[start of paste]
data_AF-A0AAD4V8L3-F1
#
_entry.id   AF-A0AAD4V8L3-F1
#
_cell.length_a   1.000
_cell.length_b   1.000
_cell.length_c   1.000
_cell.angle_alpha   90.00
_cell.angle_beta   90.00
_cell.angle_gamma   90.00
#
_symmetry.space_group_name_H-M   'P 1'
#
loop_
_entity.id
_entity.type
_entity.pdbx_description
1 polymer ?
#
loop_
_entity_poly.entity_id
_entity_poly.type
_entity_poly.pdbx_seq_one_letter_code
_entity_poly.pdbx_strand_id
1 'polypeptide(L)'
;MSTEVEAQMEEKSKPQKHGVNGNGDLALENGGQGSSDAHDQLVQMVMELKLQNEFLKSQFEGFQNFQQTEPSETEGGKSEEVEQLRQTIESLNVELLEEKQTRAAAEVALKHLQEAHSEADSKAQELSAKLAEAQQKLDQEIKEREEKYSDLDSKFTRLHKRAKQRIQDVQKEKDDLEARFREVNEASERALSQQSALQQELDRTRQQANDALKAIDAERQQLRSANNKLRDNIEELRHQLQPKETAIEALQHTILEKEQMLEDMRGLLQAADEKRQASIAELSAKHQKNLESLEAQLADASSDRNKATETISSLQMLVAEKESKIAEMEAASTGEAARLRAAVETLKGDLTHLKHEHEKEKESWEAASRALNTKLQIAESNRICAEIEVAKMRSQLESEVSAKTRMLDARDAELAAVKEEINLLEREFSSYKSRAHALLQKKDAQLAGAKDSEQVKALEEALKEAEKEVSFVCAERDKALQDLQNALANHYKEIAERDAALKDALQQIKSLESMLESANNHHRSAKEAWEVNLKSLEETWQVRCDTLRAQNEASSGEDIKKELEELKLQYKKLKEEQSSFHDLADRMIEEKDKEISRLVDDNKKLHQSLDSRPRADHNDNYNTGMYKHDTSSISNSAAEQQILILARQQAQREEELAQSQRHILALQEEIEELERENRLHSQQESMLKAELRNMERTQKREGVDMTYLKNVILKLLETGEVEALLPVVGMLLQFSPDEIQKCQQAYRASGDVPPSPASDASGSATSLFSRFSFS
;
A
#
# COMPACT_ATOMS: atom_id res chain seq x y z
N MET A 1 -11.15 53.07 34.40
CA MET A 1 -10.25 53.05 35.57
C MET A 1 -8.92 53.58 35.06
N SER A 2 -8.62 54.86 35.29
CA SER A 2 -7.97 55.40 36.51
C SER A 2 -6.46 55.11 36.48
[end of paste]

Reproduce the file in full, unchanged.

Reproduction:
data_AF-A0AAD4V8L3-F1
#
_entry.id   AF-A0AAD4V8L3-F1
#
_cell.length_a   1.000
_cell.length_b   1.000
_cell.length_c   1.000
_cell.angle_alpha   90.00
_cell.angle_beta   90.00
_cell.angle_gamma   90.00
#
_symmetry.space_group_name_H-M   'P 1'
#
loop_
_entity.id
_entity.type
_entity.pdbx_description
1 polymer ?
#
loop_
_entity_poly.entity_id
_entity_poly.type
_entity_poly.pdbx_seq_one_letter_code
_entity_poly.pdbx_strand_id
1 'polypeptide(L)'
;MSTEVEAQMEEKSKPQKHGVNGNGDLALENGGQGSSDAHDQLVQMVMELKLQNEFLKSQFEGFQNFQQTEPSETEGGKSEEVEQLRQTIESLNVELLEEKQTRAAAEVALKHLQEAHSEADSKAQELSAKLAEAQQKLDQEIKEREEKYSDLDSKFTRLHKRAKQRIQDVQKEKDDLEARFREVNEASERALSQQSALQQELDRTRQQANDALKAIDAERQQLRSANNKLRDNIEELRHQLQPKETAIEALQHTILEKEQMLEDMRGLLQAADEKRQASIAELSAKHQKNLESLEAQLADASSDRNKATETISSLQMLVAEKESKIAEMEAASTGEAARLRAAVETLKGDLTHLKHEHEKEKESWEAASRALNTKLQIAESNRICAEIEVAKMRSQLESEVSAKTRMLDARDAELAAVKEEINLLEREFSSYKSRAHALLQKKDAQLAGAKDSEQVKALEEALKEAEKEVSFVCAERDKALQDLQNALANHYKEIAERDAALKDALQQIKSLESMLESANNHHRSAKEAWEVNLKSLEETWQVRCDTLRAQNEASSGEDIKKELEELKLQYKKLKEEQSSFHDLADRMIEEKDKEISRLVDDNKKLHQSLDSRPRADHNDNYNTGMYKHDTSSISNSAAEQQILILARQQAQREEELAQSQRHILALQEEIEELERENRLHSQQESMLKAELRNMERTQKREGVDMTYLKNVILKLLETGEVEALLPVVGMLLQFSPDEIQKCQQAYRASGDVPPSPASDASGSATSLFSRFSFS
;
A
#
# COMPACT_ATOMS: atom_id res chain seq x y z
N MET A 1 -11.15 53.07 34.40
CA MET A 1 -10.25 53.05 35.57
C MET A 1 -8.92 53.58 35.06
N SER A 2 -8.62 54.86 35.29
CA SER A 2 -7.97 55.40 36.51
C SER A 2 -6.46 55.11 36.48